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City ready as river rises

Citizens and members of the media sneak a peek at the massive surf on First Street North Saturday morning.


Citizens and members of the media sneak a peek at the massive surf on First Street North Saturday morning.

City workers are filling in a low spot on the south-side dikes of the Assiniboine River, but they are confident they are ready for an expected crest in the water level today.

The river level at 8 a.m. this morning, as measured at First Street, was 1,181.8 feet above sea level. That's about two feet in the past day — about an inch an hour — and is expected to rise about another foot, said Brian Kayes, the city's emergency coordinator, speaking at a City Hall briefing this morning.

"This leaves us with about two and a half feet to the top of the dike and we are preparing for a level like we had in 2011," Kayes said, "which would leave us with a foot in a half."

Kayes said that crews have identified one area where there's a low spot in the dike, but it's a fairly small area that only needs to come up about six inches, and he said it was not considered a huge issue.

"We are comfortable with the work that's been done," he said, adding that it should be done within the next couple of hours.

"We do have stockpiles of clay and rock and have equipment staged on both sides of the river so we are bale to react quickly to any developing situation."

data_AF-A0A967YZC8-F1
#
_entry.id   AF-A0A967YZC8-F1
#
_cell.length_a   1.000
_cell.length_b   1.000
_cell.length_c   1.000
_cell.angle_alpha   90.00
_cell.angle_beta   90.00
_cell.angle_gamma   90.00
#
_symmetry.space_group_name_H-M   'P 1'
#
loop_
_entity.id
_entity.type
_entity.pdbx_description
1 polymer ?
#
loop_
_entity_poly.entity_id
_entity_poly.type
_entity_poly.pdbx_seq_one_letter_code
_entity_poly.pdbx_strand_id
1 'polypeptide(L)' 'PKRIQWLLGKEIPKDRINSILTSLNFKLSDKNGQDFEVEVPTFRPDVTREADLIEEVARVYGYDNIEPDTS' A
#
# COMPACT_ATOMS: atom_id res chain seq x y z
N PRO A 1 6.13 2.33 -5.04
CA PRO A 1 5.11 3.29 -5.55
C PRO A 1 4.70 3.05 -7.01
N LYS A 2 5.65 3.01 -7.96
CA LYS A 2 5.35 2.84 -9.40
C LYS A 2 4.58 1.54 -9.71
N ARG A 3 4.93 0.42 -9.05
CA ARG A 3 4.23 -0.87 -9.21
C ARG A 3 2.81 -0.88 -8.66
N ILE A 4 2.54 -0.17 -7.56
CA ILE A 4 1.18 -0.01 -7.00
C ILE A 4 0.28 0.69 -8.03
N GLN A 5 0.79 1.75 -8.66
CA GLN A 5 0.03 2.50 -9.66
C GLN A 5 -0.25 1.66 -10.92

Kayes added that sandbagging in the city was done, and they didn't expect to have to call in the military for any additional help.

However, looky-loos along the river were becoming an issue for city police.

"We've been getting a few calls for service people swimming and  kayaking in the floodwater," said Sgt. Larry Yanick. "It's very dangerous, stay away from the barricaded areas … The current is very strong, the river is very dangerous. We certainly don't want to respond to any accidents."

"If you need to go for a walk, so somewhere else," he said.

Yanick also said that traffic was flowing smoothly on 18th Street around the river this morning. It has been re-opened to all four lanes of traffic, but may be closed again or reduced to one lane if the city needs to do additional work.

"It could become a construction zone at a moment's notice," Kayes said.

Veterans Way and Highway 110, which were closed last night for dike construction, should re-open today at noon, although they are reduced to one lane, and flag people will be on hand to direct traffic.

Meanwhile, with storms possible in the forecast, Kayes said that the city was ready with pumps to keep water flowing.

"We have 23 pumps in town," he said.

Evacuation notices were handed out to hundreds of people near the river yesterday, but no one in Brandon has been evacuated yet, although the mayor stressed that people should do some pre-planning just in case.

"No one has been evacuated. We have plans and people in place that can be activated at a moment's notice," said mayor Shair Decter Hirst. "I urge people, think about where you would stay … we don't have enough hotel rooms. We don't want to have to rely on congregate housing, which, frankly, is jut cots in the gym."

She suggested that people contact friends and family.

She also said that people elsewhere in the city who were enjoying the day — perhaps at the multicultural festival at Princess Park — should pay attention to the possible emergency.

But if they hear the siren, she said, they shouldn't assume that it was necessarily about the river, and they should still tune to local media as soon as possible to ensure it wasn't something else.

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